This is the spark that leads to the meeting of our two main characters, wanting to discover who are the two men in a nearly century old picture, what was their story. The above passage reflects two things: Ottoman is deep inside the heads of both Grayson and Wyatt, giving us crystal clear insight to their feelings and how they see themselves fitting, or not, into this world; but on the flip side, we’re told more than we’re shown about the connection that begins to build between them throughout this story. I sometimes felt more of a connection to the story itself than either of Grayson or Wyatt. However, Ottoman brings their emotions to the surface at full speed, even in the quiet moments, and they run the gamut. Yup, we have complex human people here. I feel the sadness, disappointment, self-criticism, and the hope, desire, and drive to demand of life what each of them wants.
I think some of this disconnect comes by way of too-simple sentence structure. It doesn’t happen often but, when it does, it works to cut down the all too real emotional build taking place between Wyatt and Grayson, and between Wyatt and their family to a lesser but just as important extent. However, through most of this story, I’m right there with them, feeling, understanding, pulling for them, fighting the anger and isolation, and wanting a world where their masks are unnecessary. This is a personal story.
Throughout most of this, Ottoman’s prose is beautiful, spot on, and works in harmony with the story. Imagery is important in conveying, not just physical place and how the characters fit inside it but, the emotional state of mind of a character. It’s valuable, and I can never get enough:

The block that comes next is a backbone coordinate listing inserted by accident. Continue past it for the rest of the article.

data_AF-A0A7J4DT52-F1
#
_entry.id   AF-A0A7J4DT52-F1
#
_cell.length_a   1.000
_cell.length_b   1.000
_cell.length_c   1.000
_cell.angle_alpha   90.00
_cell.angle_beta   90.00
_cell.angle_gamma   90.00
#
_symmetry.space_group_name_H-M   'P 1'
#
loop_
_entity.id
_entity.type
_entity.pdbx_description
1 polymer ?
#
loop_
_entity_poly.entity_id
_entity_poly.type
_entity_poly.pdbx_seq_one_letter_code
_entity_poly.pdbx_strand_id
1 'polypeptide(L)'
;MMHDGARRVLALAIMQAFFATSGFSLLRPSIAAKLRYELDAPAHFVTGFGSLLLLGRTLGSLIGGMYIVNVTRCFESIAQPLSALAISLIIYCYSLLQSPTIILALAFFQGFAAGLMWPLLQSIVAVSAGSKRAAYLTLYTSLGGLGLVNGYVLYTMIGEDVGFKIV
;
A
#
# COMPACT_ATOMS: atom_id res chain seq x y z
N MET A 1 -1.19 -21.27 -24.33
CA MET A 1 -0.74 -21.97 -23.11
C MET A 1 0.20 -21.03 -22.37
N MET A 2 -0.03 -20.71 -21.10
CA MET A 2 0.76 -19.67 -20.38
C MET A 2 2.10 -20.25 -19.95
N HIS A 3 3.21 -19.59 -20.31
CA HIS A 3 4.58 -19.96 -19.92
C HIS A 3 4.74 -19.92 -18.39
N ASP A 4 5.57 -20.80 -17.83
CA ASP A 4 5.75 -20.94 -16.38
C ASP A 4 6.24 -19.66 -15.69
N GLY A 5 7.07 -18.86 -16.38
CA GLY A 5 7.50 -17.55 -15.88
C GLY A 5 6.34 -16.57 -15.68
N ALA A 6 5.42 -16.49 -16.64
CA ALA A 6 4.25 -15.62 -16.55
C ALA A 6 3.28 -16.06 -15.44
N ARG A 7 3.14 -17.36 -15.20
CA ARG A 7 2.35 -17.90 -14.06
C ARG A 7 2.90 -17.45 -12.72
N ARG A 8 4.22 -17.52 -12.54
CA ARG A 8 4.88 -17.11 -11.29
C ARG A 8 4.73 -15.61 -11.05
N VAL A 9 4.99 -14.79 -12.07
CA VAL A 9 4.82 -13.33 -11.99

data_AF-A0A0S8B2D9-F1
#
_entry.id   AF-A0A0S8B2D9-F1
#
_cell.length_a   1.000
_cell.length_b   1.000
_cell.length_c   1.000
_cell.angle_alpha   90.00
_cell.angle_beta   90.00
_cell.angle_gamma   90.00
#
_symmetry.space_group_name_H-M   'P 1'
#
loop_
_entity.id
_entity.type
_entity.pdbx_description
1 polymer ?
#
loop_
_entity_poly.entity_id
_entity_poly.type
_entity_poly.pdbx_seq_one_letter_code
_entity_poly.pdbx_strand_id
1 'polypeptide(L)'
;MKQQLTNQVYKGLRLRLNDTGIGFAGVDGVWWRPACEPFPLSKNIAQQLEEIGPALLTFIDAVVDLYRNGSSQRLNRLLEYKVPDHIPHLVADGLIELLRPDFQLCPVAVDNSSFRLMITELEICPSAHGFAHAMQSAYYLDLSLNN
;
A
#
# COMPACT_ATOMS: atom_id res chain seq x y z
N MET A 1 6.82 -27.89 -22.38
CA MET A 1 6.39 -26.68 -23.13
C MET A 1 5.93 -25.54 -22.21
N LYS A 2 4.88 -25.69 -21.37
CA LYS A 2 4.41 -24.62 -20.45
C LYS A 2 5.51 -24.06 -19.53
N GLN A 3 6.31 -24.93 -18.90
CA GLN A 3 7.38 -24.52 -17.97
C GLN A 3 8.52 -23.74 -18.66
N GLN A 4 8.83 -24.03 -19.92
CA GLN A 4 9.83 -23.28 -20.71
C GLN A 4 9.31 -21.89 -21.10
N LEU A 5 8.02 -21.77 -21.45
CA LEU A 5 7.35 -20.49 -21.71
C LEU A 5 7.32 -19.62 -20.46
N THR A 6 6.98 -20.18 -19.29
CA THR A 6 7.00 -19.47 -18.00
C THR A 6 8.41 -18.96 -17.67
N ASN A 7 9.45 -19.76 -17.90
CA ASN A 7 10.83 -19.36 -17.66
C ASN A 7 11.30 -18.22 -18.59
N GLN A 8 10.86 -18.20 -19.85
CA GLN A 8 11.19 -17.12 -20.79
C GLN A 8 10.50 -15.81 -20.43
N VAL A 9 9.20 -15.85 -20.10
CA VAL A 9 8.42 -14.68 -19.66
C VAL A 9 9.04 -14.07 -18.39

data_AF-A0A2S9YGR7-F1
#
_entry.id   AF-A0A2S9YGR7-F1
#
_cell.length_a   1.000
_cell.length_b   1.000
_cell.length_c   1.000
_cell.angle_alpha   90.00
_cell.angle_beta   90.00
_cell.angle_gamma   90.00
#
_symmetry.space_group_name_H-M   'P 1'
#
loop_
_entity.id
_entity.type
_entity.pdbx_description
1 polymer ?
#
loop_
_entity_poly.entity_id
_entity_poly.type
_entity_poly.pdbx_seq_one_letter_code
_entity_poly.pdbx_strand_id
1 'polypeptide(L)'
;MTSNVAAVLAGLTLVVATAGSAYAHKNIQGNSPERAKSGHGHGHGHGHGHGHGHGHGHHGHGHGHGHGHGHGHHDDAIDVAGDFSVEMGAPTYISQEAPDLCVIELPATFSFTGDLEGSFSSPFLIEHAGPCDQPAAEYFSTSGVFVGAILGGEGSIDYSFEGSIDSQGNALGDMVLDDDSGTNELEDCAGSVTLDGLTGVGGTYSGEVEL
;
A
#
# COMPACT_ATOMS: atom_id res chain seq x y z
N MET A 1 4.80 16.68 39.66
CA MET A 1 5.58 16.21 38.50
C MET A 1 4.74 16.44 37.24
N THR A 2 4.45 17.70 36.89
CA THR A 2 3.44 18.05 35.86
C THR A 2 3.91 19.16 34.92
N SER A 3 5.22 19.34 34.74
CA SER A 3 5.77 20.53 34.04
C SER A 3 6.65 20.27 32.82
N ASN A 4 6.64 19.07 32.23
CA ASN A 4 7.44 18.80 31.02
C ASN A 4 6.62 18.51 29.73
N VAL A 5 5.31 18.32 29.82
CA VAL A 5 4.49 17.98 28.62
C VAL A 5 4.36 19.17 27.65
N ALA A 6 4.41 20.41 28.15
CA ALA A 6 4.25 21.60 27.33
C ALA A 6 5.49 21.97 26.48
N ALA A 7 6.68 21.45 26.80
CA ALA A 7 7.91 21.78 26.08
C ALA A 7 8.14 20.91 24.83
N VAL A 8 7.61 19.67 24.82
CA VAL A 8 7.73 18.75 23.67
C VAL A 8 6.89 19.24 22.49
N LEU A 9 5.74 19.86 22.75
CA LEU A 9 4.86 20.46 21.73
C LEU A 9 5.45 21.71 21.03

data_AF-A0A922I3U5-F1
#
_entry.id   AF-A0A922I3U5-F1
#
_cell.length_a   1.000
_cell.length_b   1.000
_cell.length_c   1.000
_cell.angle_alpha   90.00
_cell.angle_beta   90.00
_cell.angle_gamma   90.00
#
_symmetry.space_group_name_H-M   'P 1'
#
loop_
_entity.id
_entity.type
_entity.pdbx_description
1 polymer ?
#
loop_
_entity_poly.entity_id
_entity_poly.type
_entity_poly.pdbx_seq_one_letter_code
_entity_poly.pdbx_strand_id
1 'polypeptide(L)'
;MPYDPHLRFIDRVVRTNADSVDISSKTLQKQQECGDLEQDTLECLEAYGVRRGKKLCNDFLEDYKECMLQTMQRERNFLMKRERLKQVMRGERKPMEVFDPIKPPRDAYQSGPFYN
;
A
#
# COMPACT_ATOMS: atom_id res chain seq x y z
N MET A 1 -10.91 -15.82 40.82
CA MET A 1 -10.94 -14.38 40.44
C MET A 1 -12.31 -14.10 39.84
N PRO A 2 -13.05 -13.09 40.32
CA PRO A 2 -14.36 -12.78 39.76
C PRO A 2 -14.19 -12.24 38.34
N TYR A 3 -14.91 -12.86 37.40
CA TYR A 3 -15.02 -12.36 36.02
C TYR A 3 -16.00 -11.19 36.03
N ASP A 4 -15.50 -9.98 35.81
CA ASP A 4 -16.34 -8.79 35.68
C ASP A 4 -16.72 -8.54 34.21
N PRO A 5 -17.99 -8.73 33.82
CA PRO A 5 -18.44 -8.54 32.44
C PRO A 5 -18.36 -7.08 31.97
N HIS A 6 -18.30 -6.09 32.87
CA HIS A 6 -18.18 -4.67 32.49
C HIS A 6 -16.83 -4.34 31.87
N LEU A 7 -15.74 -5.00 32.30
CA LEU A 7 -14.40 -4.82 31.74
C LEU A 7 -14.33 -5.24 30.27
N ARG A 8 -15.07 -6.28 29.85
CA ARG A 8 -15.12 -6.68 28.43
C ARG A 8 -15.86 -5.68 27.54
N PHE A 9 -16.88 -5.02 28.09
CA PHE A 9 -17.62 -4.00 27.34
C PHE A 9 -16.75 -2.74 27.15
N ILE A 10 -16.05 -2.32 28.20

Hands shoved in his pockets, he looked over the river.It was high now, fat with the melted snow, although not as high as it would be in spring.
(I do not miss upstate NY wintertime. 😉 )
I love Ottoman’s use and examination of history and how it’s subjective, not objective as it’s often approached and presented, and can’t help but be recorded and studied through the personal prism of each of us. The deep need for connection to both the present and that past that many of us feel is made relatable and important, poignant and revealing through that single photograph, to begin, and more as Wyatt and Grayson deal with their own. The connection between Grayson and Wyatt wavered here and there for me, but the connection I felt with each of them is a forever thing for me.
”All I want…” Their voice was soft. “… is the possibility that there is a space for people like me to exist in history too. To have a past. To look back with pride and say people like me lived and loved and endured. That’s all I want.”
If, as a society, we didn’t impose a system of such binary-centric gender identity and strictly defined sexuality, if we chucked all that out the window, the pressure felt by many (most of us?) to fit in, hide, ignore, live in fear, would disappear. This would be good for everyone. We’re all worthy. Until that happens, the struggle continues and we have to keep working towards inclusion and making it real in everyday life.
I recommend this book to everyone: this is the kind of fiction everyone can read, wade through the emotions, and gain a better understanding of ourselves and our fellow human beings, one of the reasons we’re all here.
To witness something was to give it a life of its own outside of yourself. Wyatt felt that was the most fitting for speaking of the past.
And a damn good way to improve the present and promise the future.
I would like to thank the publisher for providing me with the eARC of this title in exchange for my honest opinion.
One random commenter with thoughtful, relevant comments will win a $25 gift certificate each month in 2016.